The MiG-29 (ver. 9-12A) is a single-seat, twin-engined, supersonic, air superiority fighter aircraft, of metal, and partially composite, construction.
The fuselage is of semi-monococque construction of variable cross-section. The MiG-29 is a high-wing monoplane with twin tailfins. The aft section of its fuselage house two RD-33 afterburning turbofan engines. The landing gear is the retractable tricycle type.
The MiG-29 is designed to seek and destroy aerial targets in all-weather conditions. The aircraft is equipped with an optical-electronic targeting/navigation system, featuring the N‑019 ‘Rubin’ pulse Doppler radar. For aerial target detection the aircraft is fitted with KOLS-29 infrared search/track sensor (search range up to 18 km) and laser range finder (search range up to 6,5 km). When visual contact with a target is acquired, the pilot can take advantage of the NSC Shchel-3UM helmet-mounted sighting and target designator, coupled with the NVU-2M targeting sight.
For self-defence, MiG-29 uses SPO-15 ‘Beryoza’ radar warning receiver, with sensors on wingroot extensions, port fin and wingtips, as well as the passive countermeasures system featuring BVP-30-26 chaff/flare dispensers, built into the upper surfaces of the main wing. The pilot is additionally supported by the ‘Natasha’ voice information reporting system. The communication is maintained via the VHF/UHF R‑862 type radio.
The MiG-29 is armed with GSh-30-1 type 30 mm cannon in port wingroot leading-edge extension, with 150 rounds. It also features six pylons for external stores, which can carry guided and unguided rocket missiles, 50-500 kg bombs, napalm tanks and KMGU-2 submunitions dispensers.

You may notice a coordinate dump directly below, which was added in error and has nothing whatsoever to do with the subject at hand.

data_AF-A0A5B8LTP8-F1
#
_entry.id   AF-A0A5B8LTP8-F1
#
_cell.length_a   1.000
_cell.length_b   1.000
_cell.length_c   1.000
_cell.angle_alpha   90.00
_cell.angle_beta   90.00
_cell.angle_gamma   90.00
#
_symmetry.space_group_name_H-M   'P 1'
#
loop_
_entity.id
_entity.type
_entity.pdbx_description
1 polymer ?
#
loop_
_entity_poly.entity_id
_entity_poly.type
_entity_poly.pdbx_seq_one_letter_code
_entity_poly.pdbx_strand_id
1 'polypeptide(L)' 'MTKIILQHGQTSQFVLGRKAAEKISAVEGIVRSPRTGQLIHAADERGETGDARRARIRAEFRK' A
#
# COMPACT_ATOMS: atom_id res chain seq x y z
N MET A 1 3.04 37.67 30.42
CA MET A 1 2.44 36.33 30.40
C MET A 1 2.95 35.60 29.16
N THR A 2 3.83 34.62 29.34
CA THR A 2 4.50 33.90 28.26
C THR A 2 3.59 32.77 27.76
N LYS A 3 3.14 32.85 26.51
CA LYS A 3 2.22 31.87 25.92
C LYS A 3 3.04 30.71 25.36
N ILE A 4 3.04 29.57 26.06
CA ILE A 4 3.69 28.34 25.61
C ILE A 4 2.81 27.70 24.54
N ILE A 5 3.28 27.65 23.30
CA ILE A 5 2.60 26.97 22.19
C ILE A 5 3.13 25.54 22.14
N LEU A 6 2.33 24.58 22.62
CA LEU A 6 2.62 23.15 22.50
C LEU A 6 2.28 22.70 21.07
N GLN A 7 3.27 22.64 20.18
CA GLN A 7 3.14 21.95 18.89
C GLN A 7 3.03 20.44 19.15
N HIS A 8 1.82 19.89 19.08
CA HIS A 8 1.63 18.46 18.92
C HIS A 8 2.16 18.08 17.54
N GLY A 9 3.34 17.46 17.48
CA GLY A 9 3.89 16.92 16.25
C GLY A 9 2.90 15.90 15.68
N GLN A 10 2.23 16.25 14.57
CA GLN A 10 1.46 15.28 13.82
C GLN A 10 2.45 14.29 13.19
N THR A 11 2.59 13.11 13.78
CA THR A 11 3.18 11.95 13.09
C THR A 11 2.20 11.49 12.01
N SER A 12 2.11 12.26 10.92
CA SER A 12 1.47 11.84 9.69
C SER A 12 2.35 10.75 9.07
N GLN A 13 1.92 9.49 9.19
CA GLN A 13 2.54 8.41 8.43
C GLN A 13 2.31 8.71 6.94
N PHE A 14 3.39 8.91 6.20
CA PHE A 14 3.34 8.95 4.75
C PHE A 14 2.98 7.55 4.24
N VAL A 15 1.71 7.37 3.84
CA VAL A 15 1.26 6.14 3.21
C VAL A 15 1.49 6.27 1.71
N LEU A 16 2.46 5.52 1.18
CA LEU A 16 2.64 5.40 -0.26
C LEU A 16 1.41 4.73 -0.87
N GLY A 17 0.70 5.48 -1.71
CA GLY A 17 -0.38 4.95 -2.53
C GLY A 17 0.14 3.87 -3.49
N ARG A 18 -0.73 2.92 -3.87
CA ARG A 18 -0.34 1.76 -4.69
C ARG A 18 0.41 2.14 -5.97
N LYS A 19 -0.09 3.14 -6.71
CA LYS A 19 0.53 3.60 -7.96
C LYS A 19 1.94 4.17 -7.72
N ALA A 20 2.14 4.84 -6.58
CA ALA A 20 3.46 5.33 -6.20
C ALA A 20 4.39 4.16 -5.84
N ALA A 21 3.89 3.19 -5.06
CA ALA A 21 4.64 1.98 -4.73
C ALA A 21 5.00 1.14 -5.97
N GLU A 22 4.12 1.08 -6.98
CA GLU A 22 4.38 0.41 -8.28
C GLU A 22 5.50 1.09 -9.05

The MiG-29’s prototype was first flown in 1977 and the design entered mass production in 1982. The first Russian fighter unit was issued MiG-29s in August 1983. In the years to follow, the construction was successively upgraded, notably in case of onboard electronics. In April 1981, a two-seat trainer version took to the air, designated MiG-29 UB.
Poland received its first seven MiG-29s in the summer of 1989. They were issued to the 1st Squadron of the ‘Warsaw’ Fighter Wing in the town of Minsk Mazowiecki. Five more aircraft were purchased in October 1990, along with three MiG-29 UBs. In December 1995 the 1st PLM received ten MiG-29s from Czech Republic (including one MiG-29 UB), in exchange for the “Sokol” (‘Falcon’) helicopters.
On 22nd February 1999, eight modernized MiG-29s of 1st PLM were declared ready for co-operation with the NATO’s Rapid Deployment Forces. Those aircraft were upgraded with the SC-10 IFF (identification, friend or foe) system (the standard NATO’s Mark XII system), anti-collision strobe light system, new digital R-862 radio station control panel (which enables the pilot to take readings of operating frequency and to change frequency of the given channel during the flight), as well as the AP Trimble 2101 Plus GPS systems (providing the satellite navigation). Further 23 MiG-29s (consisting 4 ver. UB) reached Poland on the basis of the Polish-German agreement. On 23rd September 2003, at the Luftwaffe base in Laage by Rostock, the first former German MiG-29s were taken over by the Polish Air Force. They landed in Poland on 30th September 2003. Four more aircraft were brought from Germany on 11th December 2003, followed by another four on 14th April 2004. The last nine German MiG-29s were received by Poland on 4th August 2004. After a major overhaul in the WZL-2 – Wojskowe Zakłady Lotnicze (Military Aircraft Works) No. 2 – in Bydgoszcz, the aircraft will be assigned to the 41st Tactical Air Support Squadron in Malbork. Generally, Polish Air Force has 45 of MiG-29.
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